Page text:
Dr Rinesh Parmar, of the Doctors' Association, said there are still major issues surrounding the lack of personal protective equipment (PPE).
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He told the Sophy Ridge On Sunday show that NHS staff are having to reuse eye masks and added that some nurses doing high-risk procedures are "having to hold their breath".
Dr Parmar added that a survey conducted by his organisation has found that almost half of doctors say they have no eye protection at all.
He said he had also heard from doctors who said they have been forces to reuses masks and they should be single use only.
He added: "Nurses are doing some of these high risk procedures because they're unsure whether the masks they've been provided with is going to offer them adequate protection."
He said: "Sadly doctors have been forced to take matters into their own hands."
Asked on whether the NHS would cope, he said: "We've gone into this pandemic in a position of relative weakness."
Dr Parmar said that along with the safety of patients, the safety of the workforce "is our paramount concern".
He said: "Given the severe lack of PPE getting through, we are all very concerned about potentially losing more colleagues.
Dr Parmar said it was "sad to hear" of those who had already been lost "in the line of duty", adding "none of us wants to hear further stories of frontline staff losing their lives".
As the coronavirus crisis worsens in the UK, doctors and nurses have spoken out about the lack of personal protection equipment for hospital staff.
Some members are said to have bought scrubs on Amazon or had friends knit them protective kit.
Dr Samantha Batt-Rawden, from Doctors' Association UK, said: "At a time when the country is relying on frontline NHS staff, this is unforgivable."
It comes as The Sun has launched the Who Cares Win appeal to give all NHS frontline staff help they desperately require during this unprecedented crisis – and donations have already passed £100,000.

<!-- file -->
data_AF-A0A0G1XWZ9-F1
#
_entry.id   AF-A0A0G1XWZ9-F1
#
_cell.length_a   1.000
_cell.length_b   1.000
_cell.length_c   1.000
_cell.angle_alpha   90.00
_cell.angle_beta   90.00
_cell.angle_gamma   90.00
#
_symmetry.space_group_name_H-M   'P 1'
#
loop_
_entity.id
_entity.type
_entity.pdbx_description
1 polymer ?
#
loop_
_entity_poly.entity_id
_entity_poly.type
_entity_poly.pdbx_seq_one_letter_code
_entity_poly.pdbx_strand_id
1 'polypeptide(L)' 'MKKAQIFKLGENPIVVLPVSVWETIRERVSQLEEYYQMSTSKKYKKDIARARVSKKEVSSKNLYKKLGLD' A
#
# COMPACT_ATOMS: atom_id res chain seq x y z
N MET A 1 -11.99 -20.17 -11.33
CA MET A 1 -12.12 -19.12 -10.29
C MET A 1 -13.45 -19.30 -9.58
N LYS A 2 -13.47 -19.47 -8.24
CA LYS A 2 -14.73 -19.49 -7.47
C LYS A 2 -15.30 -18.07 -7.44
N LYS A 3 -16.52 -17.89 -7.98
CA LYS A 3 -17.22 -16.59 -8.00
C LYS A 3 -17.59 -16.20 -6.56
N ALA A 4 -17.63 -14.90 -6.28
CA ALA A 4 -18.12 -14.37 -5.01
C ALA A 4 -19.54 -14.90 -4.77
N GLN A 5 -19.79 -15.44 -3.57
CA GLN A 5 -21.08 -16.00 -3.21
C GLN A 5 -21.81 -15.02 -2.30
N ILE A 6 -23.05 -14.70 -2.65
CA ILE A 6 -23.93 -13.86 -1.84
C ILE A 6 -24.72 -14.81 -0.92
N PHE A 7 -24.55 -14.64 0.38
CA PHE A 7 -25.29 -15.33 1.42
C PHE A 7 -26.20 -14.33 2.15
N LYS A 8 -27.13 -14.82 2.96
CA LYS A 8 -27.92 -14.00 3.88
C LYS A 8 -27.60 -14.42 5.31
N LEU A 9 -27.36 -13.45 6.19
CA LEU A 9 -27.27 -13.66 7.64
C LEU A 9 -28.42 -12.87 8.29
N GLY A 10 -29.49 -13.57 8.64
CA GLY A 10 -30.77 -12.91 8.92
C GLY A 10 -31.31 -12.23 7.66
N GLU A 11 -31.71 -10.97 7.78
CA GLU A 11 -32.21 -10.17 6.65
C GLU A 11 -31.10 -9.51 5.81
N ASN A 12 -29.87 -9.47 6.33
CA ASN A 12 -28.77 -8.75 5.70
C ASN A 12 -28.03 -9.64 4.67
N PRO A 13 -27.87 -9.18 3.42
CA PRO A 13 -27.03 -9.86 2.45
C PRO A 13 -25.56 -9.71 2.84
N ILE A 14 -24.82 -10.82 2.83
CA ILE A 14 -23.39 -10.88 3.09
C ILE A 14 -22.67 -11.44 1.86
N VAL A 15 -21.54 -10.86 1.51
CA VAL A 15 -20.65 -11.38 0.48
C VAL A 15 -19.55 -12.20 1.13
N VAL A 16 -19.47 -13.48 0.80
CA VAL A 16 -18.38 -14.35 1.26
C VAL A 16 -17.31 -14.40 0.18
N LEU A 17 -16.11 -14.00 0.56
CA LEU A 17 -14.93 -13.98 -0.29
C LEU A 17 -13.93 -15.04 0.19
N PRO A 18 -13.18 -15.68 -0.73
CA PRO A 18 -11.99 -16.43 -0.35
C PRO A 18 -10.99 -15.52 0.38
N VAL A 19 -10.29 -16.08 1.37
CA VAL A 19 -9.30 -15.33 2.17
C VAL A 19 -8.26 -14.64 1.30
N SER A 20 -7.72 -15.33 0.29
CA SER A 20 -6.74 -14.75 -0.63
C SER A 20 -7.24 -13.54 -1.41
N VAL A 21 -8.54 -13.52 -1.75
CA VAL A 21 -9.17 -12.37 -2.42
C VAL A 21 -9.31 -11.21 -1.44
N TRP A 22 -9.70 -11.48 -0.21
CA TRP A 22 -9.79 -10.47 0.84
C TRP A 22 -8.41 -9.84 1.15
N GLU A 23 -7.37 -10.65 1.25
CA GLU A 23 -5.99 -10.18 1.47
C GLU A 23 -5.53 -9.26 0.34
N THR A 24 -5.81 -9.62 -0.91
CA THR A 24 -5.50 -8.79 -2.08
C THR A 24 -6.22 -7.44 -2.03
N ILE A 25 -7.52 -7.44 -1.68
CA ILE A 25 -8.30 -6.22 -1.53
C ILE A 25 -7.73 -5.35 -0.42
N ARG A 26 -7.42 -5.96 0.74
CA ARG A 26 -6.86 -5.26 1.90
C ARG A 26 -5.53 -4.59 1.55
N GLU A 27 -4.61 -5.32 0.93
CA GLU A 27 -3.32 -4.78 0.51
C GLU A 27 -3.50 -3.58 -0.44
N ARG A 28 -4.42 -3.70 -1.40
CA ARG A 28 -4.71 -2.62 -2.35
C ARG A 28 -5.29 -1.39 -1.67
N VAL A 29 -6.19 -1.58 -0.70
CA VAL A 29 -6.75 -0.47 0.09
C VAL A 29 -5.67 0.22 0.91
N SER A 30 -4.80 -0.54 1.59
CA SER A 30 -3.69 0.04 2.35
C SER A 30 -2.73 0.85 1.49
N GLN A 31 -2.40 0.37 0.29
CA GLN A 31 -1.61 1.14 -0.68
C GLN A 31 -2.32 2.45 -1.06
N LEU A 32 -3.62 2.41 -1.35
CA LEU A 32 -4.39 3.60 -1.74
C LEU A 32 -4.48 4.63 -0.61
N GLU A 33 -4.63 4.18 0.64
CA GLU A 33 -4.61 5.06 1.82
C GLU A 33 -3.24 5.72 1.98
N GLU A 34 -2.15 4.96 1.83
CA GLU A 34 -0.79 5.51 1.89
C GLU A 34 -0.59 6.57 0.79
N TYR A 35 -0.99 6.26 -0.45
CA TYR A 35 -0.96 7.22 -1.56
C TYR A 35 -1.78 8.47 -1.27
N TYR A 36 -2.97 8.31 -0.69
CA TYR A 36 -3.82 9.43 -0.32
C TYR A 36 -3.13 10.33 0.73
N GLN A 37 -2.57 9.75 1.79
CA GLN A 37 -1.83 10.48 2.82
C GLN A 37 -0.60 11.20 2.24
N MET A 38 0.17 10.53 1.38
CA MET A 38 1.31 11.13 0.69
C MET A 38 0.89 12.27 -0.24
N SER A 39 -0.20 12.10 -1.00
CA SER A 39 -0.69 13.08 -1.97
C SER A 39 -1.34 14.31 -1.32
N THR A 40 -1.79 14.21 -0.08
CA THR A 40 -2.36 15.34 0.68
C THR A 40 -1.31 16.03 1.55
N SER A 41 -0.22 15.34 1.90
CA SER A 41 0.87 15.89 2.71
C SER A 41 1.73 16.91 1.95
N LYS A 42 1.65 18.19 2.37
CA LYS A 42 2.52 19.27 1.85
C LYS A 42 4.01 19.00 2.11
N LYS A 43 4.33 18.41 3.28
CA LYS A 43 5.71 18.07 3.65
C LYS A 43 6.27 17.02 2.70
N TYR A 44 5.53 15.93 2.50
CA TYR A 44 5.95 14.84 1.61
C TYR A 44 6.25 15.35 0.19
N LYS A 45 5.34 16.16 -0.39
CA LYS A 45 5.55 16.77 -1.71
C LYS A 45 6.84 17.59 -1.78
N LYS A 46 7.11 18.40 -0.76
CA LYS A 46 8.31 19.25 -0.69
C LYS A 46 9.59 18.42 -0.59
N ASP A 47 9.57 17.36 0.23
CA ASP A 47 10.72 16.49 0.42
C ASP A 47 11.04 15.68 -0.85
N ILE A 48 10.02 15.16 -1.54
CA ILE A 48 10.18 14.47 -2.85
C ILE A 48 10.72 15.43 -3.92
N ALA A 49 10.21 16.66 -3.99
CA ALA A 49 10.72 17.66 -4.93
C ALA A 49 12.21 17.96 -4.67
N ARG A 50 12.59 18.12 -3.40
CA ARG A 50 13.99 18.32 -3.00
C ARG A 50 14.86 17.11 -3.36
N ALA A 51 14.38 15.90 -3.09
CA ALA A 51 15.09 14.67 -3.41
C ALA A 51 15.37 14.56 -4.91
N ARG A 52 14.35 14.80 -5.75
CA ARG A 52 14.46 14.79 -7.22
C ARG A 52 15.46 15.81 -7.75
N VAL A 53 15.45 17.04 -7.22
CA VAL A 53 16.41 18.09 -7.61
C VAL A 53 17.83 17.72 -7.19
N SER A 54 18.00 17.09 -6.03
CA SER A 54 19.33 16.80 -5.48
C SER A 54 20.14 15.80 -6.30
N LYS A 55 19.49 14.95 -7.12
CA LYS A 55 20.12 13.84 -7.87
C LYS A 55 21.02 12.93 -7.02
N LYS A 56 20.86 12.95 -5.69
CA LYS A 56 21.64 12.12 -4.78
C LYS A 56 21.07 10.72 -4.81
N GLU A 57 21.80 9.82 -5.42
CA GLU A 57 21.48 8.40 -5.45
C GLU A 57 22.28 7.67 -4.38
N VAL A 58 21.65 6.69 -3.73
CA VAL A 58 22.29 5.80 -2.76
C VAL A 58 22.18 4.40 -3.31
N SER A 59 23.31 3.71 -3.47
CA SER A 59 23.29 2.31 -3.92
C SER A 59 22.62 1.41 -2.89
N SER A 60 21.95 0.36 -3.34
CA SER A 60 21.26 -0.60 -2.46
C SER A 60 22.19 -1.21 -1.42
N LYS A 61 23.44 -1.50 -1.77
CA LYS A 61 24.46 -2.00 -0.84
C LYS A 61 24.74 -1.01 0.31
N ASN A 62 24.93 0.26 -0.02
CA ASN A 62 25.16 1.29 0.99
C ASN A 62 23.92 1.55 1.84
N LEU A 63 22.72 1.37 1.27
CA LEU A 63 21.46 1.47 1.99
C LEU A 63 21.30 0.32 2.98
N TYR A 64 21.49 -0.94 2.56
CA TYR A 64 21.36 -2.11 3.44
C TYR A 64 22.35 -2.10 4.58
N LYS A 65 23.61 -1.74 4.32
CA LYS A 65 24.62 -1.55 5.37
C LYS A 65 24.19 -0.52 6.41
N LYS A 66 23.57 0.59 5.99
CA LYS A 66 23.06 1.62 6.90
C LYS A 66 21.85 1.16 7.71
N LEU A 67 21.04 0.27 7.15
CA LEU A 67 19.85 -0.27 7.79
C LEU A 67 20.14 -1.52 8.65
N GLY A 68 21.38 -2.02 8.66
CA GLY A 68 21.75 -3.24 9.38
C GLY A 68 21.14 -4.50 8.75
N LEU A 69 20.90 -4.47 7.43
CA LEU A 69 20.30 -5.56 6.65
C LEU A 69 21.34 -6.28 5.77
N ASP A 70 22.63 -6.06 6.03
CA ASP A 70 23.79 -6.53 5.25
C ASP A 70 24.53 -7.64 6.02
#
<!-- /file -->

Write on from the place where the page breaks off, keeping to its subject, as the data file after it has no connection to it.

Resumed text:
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At least eight medics have died fighting the killer bug.
John Alagos, 23, is the third nurse and the youngest British medic believed to have died from the deadly COVID-19.
His devastated mum told The Mail on Sunday that her son told her that he had not been wearing the proper protective clothing while at work.
The two other nurses died of coronavirus are believed to have been infected by patients.
Areema Nasreen, a mum-of-three who had no underlying conditions, died in intensive care at Walsall Manor Hospital, where she had worked for 16 years.
Aimee O'Rourke, 39, who is also a mother-of-three, died in intensive care at Queen Elizabeth the Queen Mother Hospital in Margate, Kent where she worked.
Five other medics have also tragically died from coronavirus.
Dr Alfa Saadu, who worked for the NHS for nearly 40 years in different hospitals across London, died on Tuesday after fighting the disease for two weeks.
Dr Saadu, 68, had selflessly refused to retire after trying to save lives during the pandemic
Three other doctors who have died after contracting Covid-19 – ear, nose and throat consultant Amged El-Hawrani, 55, Adil El Tayar, 63, an organ transplant specialist and Southend GP Dr Habib Zaidi.
Dad-of-seven Thomas Harvey, 57, dedicated more than 20 years of his life to the NHS tragically died alone from coronavirus after picking up the bug while treating a London patient.
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